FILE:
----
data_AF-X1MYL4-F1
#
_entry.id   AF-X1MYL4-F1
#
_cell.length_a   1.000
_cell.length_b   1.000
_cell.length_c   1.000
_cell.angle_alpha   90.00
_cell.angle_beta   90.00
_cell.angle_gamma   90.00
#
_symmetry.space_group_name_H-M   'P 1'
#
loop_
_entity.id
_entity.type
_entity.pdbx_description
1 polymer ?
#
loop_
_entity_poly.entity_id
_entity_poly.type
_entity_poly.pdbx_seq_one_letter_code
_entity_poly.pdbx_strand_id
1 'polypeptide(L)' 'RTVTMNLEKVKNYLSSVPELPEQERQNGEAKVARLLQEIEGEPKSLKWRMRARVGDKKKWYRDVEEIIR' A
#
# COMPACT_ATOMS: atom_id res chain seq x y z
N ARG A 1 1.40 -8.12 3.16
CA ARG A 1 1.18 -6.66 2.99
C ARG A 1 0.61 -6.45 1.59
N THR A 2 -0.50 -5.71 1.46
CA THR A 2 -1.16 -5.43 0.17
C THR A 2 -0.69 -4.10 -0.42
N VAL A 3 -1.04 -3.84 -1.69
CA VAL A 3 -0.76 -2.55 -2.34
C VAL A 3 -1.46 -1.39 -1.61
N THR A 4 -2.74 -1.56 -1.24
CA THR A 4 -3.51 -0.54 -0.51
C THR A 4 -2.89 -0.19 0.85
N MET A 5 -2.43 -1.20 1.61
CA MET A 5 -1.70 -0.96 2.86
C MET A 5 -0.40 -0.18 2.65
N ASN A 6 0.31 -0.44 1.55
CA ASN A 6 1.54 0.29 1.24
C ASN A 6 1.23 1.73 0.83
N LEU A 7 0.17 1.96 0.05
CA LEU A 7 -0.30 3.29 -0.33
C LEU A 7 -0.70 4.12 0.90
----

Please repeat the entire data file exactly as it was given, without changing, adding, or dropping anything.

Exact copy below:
data_AF-X1MYL4-F1
#
_entry.id   AF-X1MYL4-F1
#
_cell.length_a   1.000
_cell.length_b   1.000
_cell.length_c   1.000
_cell.angle_alpha   90.00
_cell.angle_beta   90.00
_cell.angle_gamma   90.00
#
_symmetry.space_group_name_H-M   'P 1'
#
loop_
_entity.id
_entity.type
_entity.pdbx_description
1 polymer ?
#
loop_
_entity_poly.entity_id
_entity_poly.type
_entity_poly.pdbx_seq_one_letter_code
_entity_poly.pdbx_strand_id
1 'polypeptide(L)' 'RTVTMNLEKVKNYLSSVPELPEQERQNGEAKVARLLQEIEGEPKSLKWRMRARVGDKKKWYRDVEEIIR' A
#
# COMPACT_ATOMS: atom_id res chain seq x y z
N ARG A 1 1.40 -8.12 3.16
CA ARG A 1 1.18 -6.66 2.99
C ARG A 1 0.61 -6.45 1.59
N THR A 2 -0.50 -5.71 1.46
CA THR A 2 -1.16 -5.43 0.17
C THR A 2 -0.69 -4.10 -0.42
N VAL A 3 -1.04 -3.84 -1.69
CA VAL A 3 -0.76 -2.55 -2.34
C VAL A 3 -1.46 -1.39 -1.61
N THR A 4 -2.74 -1.56 -1.24
CA THR A 4 -3.51 -0.54 -0.51
C THR A 4 -2.89 -0.19 0.85
N MET A 5 -2.43 -1.20 1.61
CA MET A 5 -1.70 -0.96 2.86
C MET A 5 -0.40 -0.18 2.65
N ASN A 6 0.31 -0.44 1.55
CA ASN A 6 1.54 0.29 1.24
C ASN A 6 1.23 1.73 0.83
N LEU A 7 0.17 1.96 0.05
CA LEU A 7 -0.30 3.29 -0.33
C LEU A 7 -0.70 4.12 0.90